Tigers are killed for their skins, bones, teeth, claws and other body parts, to supply the illegal trade. This is one of the biggest threats to tigers in the wild. A TRAFFIC study for the period 2000–2018 highlighted that the highest number of seizures of tiger parts globally were recorded from India (40.5%). In Nepal, the government, communities and other organisations pride themselves on their protection efforts, but this threat still remains. Use of wildlife sniffer and tracker dog squads for crime detection and prevention is one of the many proven practices being deployed across several countries and has become a robust conservation strategy for the detection and prevention of illegal wildlife trade. In Nepal and India, dogs are being trained and used to sniff out tiger parts, and to track a scent to find a poacher after an animal has been killed. There are many cases where such dogs have helped in wildlife crime cases.
Working for WWF must be extremely rewarding – can you tell us of any success stories?
Working for WWF is extremely rewarding, but can also be pretty overwhelming, given the scale of the challenges. In the year 2010, a hugely ambitious goal was set to double the number of tigers in the wild by 2022, which tiger range governments agreed to. This provides us with a unique window of opportunity to make a real difference for tigers, their habitats and other wildlife they share these habitats with. Since 2010, we have seen many wild tiger populations stabilise and even grow – something which seemed unlikely just over a decade ago, when the wild tiger population was at an all-time low and on a downward trend. Conserving tigers in the wild depends on the support and actions of many, but local communities play a critical role. Finding ways forward that benefit both people and nature is a balance which can be hard to find, but it is possible, and we have experienced in Nepal and India for example. This is the ultimate goal.
What affect has the global pandemic had on your conservation efforts?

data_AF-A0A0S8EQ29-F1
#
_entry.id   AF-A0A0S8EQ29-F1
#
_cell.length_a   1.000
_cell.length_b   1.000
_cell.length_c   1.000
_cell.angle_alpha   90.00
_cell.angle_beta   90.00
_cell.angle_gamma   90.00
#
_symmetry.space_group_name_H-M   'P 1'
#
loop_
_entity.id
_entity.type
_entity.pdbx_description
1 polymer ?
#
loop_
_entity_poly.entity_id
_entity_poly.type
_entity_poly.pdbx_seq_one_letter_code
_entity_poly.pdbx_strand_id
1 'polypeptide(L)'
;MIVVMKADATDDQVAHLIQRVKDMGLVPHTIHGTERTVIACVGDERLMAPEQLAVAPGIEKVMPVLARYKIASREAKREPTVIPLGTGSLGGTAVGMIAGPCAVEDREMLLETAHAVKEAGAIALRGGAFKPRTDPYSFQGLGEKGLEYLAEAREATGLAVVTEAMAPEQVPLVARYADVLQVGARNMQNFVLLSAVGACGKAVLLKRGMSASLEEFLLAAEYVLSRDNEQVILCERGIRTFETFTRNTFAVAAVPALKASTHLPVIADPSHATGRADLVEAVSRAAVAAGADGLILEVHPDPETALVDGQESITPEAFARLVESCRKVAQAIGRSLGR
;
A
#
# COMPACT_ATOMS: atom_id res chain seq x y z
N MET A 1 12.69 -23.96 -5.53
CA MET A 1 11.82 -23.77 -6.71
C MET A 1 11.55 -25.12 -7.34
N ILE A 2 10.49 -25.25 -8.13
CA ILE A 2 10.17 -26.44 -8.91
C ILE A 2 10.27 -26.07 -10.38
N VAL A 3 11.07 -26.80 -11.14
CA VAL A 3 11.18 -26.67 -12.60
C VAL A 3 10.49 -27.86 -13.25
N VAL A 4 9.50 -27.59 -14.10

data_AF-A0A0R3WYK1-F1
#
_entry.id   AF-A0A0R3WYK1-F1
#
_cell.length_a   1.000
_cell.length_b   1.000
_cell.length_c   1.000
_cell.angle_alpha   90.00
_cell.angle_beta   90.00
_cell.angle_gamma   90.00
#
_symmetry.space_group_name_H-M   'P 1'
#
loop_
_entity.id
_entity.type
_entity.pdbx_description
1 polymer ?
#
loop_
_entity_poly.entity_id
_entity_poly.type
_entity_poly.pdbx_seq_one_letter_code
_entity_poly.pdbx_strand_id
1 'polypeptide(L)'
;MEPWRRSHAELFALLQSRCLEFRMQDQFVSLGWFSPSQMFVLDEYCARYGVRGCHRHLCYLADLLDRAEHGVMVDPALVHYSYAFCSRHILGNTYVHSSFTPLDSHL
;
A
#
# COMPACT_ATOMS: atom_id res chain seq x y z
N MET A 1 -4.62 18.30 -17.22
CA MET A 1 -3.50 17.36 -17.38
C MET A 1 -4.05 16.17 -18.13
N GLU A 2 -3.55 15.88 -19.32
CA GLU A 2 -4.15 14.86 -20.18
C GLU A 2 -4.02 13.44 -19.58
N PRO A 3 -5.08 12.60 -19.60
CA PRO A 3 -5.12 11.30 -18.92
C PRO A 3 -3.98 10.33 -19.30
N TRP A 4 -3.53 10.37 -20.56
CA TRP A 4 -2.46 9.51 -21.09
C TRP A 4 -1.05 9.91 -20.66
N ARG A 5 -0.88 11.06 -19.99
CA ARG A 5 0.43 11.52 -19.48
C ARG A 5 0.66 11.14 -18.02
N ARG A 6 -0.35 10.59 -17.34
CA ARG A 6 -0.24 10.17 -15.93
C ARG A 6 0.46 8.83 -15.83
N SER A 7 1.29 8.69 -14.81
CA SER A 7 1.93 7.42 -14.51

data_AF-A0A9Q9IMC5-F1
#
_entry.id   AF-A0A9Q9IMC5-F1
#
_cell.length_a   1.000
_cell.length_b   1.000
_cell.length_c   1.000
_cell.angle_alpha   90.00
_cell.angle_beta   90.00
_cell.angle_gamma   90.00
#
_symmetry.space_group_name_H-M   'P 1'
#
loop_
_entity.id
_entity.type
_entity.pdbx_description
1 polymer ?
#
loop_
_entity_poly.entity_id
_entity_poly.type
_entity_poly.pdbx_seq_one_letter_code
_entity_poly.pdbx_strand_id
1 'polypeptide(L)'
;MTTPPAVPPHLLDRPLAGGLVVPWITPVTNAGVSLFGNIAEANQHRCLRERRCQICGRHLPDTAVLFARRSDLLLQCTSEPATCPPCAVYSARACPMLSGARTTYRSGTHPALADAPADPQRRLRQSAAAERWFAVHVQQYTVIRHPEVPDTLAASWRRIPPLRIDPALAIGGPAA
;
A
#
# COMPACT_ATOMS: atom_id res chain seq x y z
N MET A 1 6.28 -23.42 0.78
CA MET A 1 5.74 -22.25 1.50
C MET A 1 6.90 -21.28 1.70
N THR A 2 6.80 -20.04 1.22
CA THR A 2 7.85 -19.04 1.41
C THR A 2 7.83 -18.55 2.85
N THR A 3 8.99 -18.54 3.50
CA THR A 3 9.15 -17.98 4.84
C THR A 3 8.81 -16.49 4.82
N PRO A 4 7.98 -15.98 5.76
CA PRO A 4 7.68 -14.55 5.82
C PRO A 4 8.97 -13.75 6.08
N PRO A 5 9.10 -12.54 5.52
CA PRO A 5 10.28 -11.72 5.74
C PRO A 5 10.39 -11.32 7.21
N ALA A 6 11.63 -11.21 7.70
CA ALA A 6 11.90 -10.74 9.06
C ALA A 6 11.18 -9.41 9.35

The global pandemic has massively affected local communities in many places. The livelihoods of many local communities has vanished overnight, as income from tourism has stopped, and many countries have been, or are, in some form of ‘lockdown’. The local rural communities who live near protected areas often have very few options in terms of livelihoods and income. Tourism and selling local produce and products have helped, but now these options are limited or have stopped completely. In such areas, dependence on natural resources such as fodder for their cattle and firewood for cooking and heating, is high and during these hard times, this need may be even greater. In Nepal, a preliminary review of unpublished case data from 11 protected areas, conducted by the Department of National Parks and Wildlife Conservation (DNPWC) and WWF Nepal, has found that human entry into protected parks has significantly risen since the lockdown in Nepal, at alarming rates. The first month of the lockdown (24 March – 24 April) saw more cases of illegal extraction of forest resources—such as illegal logging and harvesting—than the preceding 11 months combined.
In India, TRAFFIC analysis of poaching cases reported in the media, found a significant increase in reported poaching of wild animals. Comparing the six weeks before and after lockdown began on 23 March, reported poaching rose from 35 to 88.
In addition to these severe challenges on the ground, the pandemic is also of concern in terms of the funding we can secure for conservation, as many people here in the UK are also losing their jobs, and feeling economically vulnerable.
How can people, businesses or organisations at home help?
What I find incredible is that a lot of the funding that we have for tiger conservation comes from our tiger adoptions and general membership. It may seem like a small amount that you give every month, but this adds up to significant support on the ground. However, we fear that our income may reduce given the economic uncertainties we all face, and so we hope that our supporters, including businesses such as Bywaters, are able to continue to support our work and encourage others to also support us. You can also spread the word of the threats to tigers such as the illegal trade in tiger parts and products and habitat loss, and make conscious decisions about what you purchase, such as looking for FSC certified wood products which makes a real difference to the forests of Russia for example.